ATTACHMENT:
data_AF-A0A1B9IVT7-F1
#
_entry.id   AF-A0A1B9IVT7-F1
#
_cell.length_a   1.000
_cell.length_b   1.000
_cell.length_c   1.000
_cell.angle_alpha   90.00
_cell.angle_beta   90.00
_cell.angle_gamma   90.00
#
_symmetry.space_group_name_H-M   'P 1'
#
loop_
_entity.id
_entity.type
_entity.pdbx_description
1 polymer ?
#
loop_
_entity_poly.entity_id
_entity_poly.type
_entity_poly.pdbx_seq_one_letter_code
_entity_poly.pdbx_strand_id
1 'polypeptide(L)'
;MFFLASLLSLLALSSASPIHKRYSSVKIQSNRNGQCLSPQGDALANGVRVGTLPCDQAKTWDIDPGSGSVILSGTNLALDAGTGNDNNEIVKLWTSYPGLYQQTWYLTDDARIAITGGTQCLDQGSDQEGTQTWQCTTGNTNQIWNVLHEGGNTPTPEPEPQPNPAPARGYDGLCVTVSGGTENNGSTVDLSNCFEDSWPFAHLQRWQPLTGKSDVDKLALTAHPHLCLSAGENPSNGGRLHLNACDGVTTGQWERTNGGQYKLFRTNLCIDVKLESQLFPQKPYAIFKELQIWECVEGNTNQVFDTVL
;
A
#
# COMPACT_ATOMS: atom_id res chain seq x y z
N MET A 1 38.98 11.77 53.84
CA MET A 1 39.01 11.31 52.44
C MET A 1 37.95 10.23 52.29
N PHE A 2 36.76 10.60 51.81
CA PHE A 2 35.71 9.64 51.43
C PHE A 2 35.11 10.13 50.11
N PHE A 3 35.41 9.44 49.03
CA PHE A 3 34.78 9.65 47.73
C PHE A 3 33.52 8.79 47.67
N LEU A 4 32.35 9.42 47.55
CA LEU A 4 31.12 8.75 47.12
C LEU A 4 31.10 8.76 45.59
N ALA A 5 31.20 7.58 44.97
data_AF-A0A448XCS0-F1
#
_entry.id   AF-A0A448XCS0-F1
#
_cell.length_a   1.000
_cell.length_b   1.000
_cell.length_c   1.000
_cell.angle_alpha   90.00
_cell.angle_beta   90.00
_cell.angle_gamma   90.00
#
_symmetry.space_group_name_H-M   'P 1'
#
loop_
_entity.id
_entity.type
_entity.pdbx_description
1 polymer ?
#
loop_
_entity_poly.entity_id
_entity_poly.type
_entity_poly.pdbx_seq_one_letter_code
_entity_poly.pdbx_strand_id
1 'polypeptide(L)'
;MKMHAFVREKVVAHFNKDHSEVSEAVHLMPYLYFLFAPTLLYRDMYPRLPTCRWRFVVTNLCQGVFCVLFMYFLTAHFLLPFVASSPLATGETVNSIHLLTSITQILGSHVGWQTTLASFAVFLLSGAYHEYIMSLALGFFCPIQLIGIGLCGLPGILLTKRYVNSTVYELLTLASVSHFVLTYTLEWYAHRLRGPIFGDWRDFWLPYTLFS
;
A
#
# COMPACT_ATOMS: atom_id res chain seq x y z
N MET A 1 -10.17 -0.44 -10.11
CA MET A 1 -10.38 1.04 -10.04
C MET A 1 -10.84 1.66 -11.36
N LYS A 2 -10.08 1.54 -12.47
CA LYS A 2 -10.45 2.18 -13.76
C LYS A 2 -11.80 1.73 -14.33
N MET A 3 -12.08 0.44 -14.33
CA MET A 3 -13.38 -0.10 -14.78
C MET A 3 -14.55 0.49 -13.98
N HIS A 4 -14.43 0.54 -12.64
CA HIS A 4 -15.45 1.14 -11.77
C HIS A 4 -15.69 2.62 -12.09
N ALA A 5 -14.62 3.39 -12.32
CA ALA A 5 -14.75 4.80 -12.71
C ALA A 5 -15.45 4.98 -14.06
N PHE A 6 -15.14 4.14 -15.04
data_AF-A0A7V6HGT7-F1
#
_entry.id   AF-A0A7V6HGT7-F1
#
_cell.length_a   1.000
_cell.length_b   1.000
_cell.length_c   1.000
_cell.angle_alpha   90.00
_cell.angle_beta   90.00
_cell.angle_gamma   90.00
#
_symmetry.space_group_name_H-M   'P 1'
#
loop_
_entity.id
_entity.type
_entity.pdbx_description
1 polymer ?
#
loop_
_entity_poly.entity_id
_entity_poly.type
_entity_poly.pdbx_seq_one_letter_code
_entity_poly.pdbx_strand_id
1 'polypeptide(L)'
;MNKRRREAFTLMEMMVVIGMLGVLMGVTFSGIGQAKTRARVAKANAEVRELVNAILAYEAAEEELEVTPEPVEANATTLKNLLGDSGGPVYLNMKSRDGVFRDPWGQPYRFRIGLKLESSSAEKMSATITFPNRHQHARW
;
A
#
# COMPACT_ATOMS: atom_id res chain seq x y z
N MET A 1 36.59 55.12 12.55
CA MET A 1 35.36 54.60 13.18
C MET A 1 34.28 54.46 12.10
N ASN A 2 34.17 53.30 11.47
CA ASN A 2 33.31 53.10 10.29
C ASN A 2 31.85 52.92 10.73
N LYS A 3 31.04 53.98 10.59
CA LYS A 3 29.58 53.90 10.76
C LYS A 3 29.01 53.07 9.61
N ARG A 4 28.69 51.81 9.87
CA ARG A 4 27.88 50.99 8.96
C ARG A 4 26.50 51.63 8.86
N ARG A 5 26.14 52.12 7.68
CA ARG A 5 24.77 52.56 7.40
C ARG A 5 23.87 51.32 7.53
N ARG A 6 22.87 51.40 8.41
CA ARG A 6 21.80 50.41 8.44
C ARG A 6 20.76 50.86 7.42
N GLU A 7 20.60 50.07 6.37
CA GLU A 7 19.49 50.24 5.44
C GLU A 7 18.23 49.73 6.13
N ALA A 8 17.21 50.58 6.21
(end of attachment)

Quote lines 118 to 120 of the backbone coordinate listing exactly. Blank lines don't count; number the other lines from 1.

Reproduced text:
#
# COMPACT_ATOMS: atom_id res chain seq x y z
N MET A 1 36.59 55.12 12.55